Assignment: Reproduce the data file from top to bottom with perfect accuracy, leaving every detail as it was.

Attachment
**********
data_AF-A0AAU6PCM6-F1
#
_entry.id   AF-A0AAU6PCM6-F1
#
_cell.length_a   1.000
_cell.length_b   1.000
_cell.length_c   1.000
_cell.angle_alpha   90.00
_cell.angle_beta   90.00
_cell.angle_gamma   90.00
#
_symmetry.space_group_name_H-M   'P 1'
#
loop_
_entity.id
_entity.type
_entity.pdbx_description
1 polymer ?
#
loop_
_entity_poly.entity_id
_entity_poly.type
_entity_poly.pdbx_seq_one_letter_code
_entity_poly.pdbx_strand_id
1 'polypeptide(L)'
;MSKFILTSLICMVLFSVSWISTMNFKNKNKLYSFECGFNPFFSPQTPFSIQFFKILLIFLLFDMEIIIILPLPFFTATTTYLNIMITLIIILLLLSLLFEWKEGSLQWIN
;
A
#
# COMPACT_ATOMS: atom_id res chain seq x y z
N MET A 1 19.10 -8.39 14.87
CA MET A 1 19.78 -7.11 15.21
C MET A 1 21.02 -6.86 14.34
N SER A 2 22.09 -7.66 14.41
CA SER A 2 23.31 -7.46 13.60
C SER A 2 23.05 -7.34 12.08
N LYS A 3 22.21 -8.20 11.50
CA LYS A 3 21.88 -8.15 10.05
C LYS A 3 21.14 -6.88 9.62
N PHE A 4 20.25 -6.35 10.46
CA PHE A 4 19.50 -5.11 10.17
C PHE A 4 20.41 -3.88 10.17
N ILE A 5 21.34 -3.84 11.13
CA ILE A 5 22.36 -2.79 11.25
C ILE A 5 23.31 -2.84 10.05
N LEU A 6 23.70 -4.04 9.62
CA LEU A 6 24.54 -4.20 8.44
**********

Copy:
data_AF-A0AAU6PCM6-F1
#
_entry.id   AF-A0AAU6PCM6-F1
#
_cell.length_a   1.000
_cell.length_b   1.000
_cell.length_c   1.000
_cell.angle_alpha   90.00
_cell.angle_beta   90.00
_cell.angle_gamma   90.00
#
_symmetry.space_group_name_H-M   'P 1'
#
loop_
_entity.id
_entity.type
_entity.pdbx_description
1 polymer ?
#
loop_
_entity_poly.entity_id
_entity_poly.type
_entity_poly.pdbx_seq_one_letter_code
_entity_poly.pdbx_strand_id
1 'polypeptide(L)'
;MSKFILTSLICMVLFSVSWISTMNFKNKNKLYSFECGFNPFFSPQTPFSIQFFKILLIFLLFDMEIIIILPLPFFTATTTYLNIMITLIIILLLLSLLFEWKEGSLQWIN
;
A
#
# COMPACT_ATOMS: atom_id res chain seq x y z
N MET A 1 19.10 -8.39 14.87
CA MET A 1 19.78 -7.11 15.21
C MET A 1 21.02 -6.86 14.34
N SER A 2 22.09 -7.66 14.41
CA SER A 2 23.31 -7.46 13.60
C SER A 2 23.05 -7.34 12.08
N LYS A 3 22.21 -8.20 11.50
CA LYS A 3 21.88 -8.15 10.05
C LYS A 3 21.14 -6.88 9.62
N PHE A 4 20.25 -6.35 10.46
CA PHE A 4 19.50 -5.11 10.17
C PHE A 4 20.41 -3.88 10.17
N ILE A 5 21.34 -3.84 11.13
CA ILE A 5 22.36 -2.79 11.25
C ILE A 5 23.31 -2.84 10.05
N LEU A 6 23.70 -4.04 9.62
CA LEU A 6 24.54 -4.20 8.44